Yorkshire Coast

For a seaside holiday the Yorkshire coast is one of the most magnificent on the globe. The variegated coastline offers sunbathing and swimming beaches as well as niches of marine discovery and waterside treks. Bridlington’s golden beach stretches as far as the eye can see or one can trek to Flamborough Head where the foaming waves crash against the towering cliffs. Of course the seasonal retreat that is the Yorkshire Coast offers every pleasure on the water as well including fishing, diving, swimming, snorkeling and boating.

East of England

The charm and character of the Cambridge university town and landscape is echoed throughout the East of England region. The area, being immediately north of London is easily accessible to all modes of transport. The region covers 11,876 square kilometres which span approximately 175 kilometres from north to south and 174 kilometres from east to west. The countryside is predominately a low lying and open area of gentle landscapes – from flat fens to chalk downland, heathland, man-made waterways, forest and ancient woodland. Picturesque villages dot the sandy and cliff lined coastline which covers 402 kilometres from The Wash to the famous River Thames.

Cambridgeshire

The Cambridgeshire county borders Lincolnshire to the north, Norfolk to the northeast, Suffolk to the east, Essex and Hertfordshire to the south and Bedfordshire and Northamptonshire to the west. Because it is sheltered somewhat, most areas of Cambridgeshire experience less precipitation than the rest of England and slightly more moderate temperatures. Famous for its market towns the county is a favorite among tourists wishing to experience a fresh taste of England in a rural setting not far from the hustle and bustle.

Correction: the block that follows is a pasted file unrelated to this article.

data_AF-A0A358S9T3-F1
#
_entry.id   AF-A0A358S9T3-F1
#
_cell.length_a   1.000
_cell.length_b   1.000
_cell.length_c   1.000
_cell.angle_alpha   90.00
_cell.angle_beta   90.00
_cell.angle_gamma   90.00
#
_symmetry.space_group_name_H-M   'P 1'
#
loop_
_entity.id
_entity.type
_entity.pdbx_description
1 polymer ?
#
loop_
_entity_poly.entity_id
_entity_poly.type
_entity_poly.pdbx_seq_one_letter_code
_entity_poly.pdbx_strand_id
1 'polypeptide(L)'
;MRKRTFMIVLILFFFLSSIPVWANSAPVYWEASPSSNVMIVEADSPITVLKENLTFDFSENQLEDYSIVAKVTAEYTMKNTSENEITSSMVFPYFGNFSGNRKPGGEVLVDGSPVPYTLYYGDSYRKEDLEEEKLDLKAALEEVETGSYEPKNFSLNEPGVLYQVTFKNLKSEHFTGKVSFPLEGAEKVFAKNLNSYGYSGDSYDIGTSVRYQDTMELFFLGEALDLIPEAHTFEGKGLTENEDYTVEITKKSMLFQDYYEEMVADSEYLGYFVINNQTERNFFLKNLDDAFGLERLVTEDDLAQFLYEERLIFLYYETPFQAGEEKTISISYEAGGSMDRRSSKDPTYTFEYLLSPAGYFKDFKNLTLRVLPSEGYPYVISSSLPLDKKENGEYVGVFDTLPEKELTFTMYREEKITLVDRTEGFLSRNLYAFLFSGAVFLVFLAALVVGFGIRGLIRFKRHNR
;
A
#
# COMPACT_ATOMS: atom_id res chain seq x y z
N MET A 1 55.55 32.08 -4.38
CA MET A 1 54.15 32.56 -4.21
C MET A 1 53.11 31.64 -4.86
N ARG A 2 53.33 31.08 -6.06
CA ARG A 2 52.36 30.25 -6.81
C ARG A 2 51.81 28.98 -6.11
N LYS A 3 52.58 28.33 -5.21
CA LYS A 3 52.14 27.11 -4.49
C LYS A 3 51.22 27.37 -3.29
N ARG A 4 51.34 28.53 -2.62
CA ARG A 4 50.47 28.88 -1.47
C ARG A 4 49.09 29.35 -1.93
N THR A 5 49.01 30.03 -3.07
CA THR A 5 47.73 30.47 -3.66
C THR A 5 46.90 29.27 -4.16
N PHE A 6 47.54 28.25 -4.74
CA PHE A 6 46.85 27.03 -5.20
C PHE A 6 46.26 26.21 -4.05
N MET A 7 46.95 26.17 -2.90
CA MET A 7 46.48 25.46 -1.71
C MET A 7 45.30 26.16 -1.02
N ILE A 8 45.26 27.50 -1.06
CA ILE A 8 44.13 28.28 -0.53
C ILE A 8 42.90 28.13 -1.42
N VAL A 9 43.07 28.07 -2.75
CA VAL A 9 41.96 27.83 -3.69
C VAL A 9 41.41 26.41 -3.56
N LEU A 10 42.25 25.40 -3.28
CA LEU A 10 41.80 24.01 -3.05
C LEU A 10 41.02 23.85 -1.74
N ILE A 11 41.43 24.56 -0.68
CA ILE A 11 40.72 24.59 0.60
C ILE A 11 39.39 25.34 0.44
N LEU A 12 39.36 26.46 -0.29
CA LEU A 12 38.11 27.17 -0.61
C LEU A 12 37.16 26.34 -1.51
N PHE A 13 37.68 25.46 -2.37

Essex

The county of Essex was established in antiquity and formed the eastern portion of the Kingdom of Essex. Areas of Essex situated close to London are part of the Metropolitan Green Belt, which prohibits development. Over 14,000 buildings in the county have heritage building status and approximately 1000 of those are recognised as of Grade one or grade two importance. The buildings range from the 7th century Saxon church of St Peter-on-the-Wall, to the Royal Corinthian Yacht Club which was the United Kingdom’s entry in the “International Exhibition of Modern Architecture” held at the Museum of Modern Art in New York City in 1932. The county is thus a wonderful location for those interested in architecture and history.

Lincolnshire

The county of Lincolnshire is primarily rural landscape with small towns and villages accentuating the countryside from time to time. The majority of tourism in Lincolnshire occurs along the coastal towns to the east of the Lincolnshire Wolds where many travelers enjoy cycling and walking opportunities along the flattish landscape. Skegness is a popular holiday spot for locals and Londoners alike. The county also has popular market towns which have important historic links. The county is also known for its birdlife and seal colonies.

Norfolk

Norfolk is a popular tourist destination and has several major holiday attractions including a number of amusement parks and zoos. There is a plethora of seaside resorts in the well populated county, including some of Britain’s best beaches. Norfolk has become popular for the areas known as the Broads and its unequivocal natural beauty. Bird sanctuaries dot the coast as do historical buildings and monuments. Of course the Queen’s residence at Sandringham House in Sandringham, Norfolk provides a year round tourist attraction

Suffolk

The county of Suffolk borders with Norfolk to the north, Cambridgeshire to the west and Essex to the south. The North Sea lies to the east. The area is most popular for its natural beauty and archaeological richness. With significant archaeological finds covering all of the Ages (stone, bronze and iron) and a variety of tools and instruments discovered within the county borders. The town of Newmarket in Suffolk is the headquarters of British horseracing and home to the largest cluster of training yards in the country as well as many important horse racing organisations.